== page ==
August 2009

Shabbat: Parsha Ki Teitzei

Shabbat Shalom and welcome to Judeo Talk. The Torah portion for this week is Parsha Ki Teitzei, Deuteronomy 20:10-25:19.

There is a seemingly unassuming passage at the end of Ki Teitzei that forbids the use of "diverse weights", which is to say tools with which to cheat people in business. Whether in measuring grain, grapes or gold, everything must be honest and fair. That's what this entire parsha is really about. It is concerned with what the culture at that time viewed as justice and propriety.

Person of the Week: Matisyahu

While there have been plenty of Jewish pop musicians in American history, from the jazz age to the world of heavy metal in the 70's and 80s as well as the diverse grounds of hip hop, few, if any, of them have actively pursued music with overtly Jewish themes. This only follows the non-proselytizing stance of Judaism and there's also the question of whether or not there's enough of a market to support pop artists who make religious Jewish music. Compared to the multi-million dollar industry of Christian pop, which is intended as an alternative to morally questionable secular pop, Jewish music is a tiny niche market. That's what makes the mainstream success of Hasidic reggae artist Matisyahu so inexplicable. His work has gone far beyond the novelty that first garnered it attention while still introducing listeners to Jewish spirituality in a very inviting way.

Explaining Messianic Judaism

Many people have heard the term "Messianic Judaism" and are unaware of exactly what it is. Further adding to the confusion, someone who has little knowledge of mainstream Judaism may interact with individuals or writings in the Messianic faith and have little means of distinguishing it from what most Jews consider the central tenets of Judaism. It is important to understand that Messianic principles are not traditional Jewish principles. This is not to say they are bad, only that they differ much more significantly than the name suggests.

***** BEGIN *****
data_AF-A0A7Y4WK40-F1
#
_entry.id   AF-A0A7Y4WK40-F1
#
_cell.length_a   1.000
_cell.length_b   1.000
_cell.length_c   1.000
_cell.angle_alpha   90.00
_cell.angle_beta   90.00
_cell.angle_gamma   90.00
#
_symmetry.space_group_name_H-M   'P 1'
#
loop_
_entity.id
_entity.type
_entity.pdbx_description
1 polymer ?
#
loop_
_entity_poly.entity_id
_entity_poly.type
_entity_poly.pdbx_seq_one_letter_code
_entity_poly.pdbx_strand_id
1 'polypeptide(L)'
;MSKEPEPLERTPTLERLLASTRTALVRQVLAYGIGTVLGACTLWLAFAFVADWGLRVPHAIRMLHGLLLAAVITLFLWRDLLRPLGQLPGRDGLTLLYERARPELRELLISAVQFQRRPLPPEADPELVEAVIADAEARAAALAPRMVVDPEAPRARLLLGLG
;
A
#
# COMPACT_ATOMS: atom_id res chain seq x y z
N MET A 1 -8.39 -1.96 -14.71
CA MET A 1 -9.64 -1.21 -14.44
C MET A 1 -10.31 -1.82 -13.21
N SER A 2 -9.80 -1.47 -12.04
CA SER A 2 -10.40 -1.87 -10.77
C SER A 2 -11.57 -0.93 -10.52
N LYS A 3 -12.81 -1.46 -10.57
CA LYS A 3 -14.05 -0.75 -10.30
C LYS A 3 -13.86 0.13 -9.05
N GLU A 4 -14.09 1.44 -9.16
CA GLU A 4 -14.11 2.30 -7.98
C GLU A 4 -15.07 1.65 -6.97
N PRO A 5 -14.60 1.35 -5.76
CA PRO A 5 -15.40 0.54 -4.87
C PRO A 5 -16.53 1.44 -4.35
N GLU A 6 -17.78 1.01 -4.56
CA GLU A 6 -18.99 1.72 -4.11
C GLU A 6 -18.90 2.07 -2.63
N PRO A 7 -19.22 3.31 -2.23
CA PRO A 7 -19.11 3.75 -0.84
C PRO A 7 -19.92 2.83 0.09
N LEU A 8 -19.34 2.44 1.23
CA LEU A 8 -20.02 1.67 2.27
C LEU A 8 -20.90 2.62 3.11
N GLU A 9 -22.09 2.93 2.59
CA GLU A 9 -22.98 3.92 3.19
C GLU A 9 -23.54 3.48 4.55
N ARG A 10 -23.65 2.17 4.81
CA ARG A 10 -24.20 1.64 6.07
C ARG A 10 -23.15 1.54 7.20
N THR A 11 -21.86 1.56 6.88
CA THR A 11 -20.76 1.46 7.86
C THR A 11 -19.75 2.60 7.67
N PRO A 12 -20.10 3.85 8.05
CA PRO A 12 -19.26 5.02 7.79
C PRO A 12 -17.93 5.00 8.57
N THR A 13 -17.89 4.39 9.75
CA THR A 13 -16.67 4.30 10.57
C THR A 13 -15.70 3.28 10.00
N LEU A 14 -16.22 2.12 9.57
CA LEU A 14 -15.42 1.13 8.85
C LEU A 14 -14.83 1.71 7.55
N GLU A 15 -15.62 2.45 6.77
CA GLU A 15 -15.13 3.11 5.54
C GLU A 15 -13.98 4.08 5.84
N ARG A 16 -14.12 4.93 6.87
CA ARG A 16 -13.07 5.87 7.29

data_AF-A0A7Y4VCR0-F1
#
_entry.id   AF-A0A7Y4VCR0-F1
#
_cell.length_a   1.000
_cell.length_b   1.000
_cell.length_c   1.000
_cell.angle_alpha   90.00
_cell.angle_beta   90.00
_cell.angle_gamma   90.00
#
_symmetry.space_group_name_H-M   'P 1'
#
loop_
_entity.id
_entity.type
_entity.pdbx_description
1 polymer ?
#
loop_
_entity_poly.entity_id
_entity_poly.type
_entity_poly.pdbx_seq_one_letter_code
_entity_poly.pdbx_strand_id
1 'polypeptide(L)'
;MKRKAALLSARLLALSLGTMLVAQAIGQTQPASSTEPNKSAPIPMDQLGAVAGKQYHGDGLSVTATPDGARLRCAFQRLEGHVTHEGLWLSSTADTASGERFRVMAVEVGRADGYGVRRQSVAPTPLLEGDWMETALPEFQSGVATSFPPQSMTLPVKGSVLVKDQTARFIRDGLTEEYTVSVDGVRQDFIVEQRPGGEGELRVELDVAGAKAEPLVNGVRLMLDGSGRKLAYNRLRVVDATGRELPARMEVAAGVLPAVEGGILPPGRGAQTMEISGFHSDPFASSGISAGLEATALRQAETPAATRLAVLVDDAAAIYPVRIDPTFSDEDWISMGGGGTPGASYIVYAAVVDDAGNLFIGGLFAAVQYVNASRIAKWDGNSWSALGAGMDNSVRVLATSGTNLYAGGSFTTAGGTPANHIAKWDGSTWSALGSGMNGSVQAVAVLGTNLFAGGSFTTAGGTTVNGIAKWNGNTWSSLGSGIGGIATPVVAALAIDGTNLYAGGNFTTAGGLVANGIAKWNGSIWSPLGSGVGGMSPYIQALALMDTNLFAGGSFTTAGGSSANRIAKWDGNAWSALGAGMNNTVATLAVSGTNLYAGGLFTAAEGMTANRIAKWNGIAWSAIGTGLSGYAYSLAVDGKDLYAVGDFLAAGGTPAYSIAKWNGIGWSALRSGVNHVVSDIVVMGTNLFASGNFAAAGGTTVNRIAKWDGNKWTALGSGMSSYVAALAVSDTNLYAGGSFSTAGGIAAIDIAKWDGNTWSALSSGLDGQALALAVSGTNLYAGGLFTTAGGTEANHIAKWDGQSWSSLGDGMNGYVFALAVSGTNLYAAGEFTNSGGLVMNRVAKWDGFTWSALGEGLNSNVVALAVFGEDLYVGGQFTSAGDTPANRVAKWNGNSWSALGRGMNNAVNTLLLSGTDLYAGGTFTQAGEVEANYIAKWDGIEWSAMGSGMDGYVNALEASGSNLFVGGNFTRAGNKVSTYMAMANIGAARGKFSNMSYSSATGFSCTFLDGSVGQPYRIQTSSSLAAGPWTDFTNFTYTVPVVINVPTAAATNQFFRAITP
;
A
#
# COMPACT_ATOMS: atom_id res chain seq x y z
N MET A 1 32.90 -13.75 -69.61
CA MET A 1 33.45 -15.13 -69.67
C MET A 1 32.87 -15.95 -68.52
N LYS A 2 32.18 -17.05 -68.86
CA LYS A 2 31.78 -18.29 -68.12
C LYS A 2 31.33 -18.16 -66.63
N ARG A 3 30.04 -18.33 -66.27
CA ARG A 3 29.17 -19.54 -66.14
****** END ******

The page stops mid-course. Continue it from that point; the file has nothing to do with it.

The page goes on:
Shabbat: Parsha Shoftim

Shabbat Shalom and welcome to Judeo Talk. The Torah portion for this week is Parsha Shoftim, Deuteronomy 16:18-21:9.

There is something of a problem with large-scale social order based on religious mysticism. Namely, that any literate person who can put on a good act is capable of pretending to have divine knowledge. This issue is the basis of a significant portion of the written laws of ancient civilizations. A particularly well-known case is that of the Babylonian king Hammurabi. In approximately 1790 BCE, King Hammurabi told his people that the gods had come to him the night before and told him the law. This is hardly the earliest case of codified law in the ancient world, but it stands out by its explicit claim of divine ordination. This is all well and good for just, fair laws, but it's easy to see how dubious claims of godly inspiration can result in tyranny.

Person of the Week: Sandy Koufax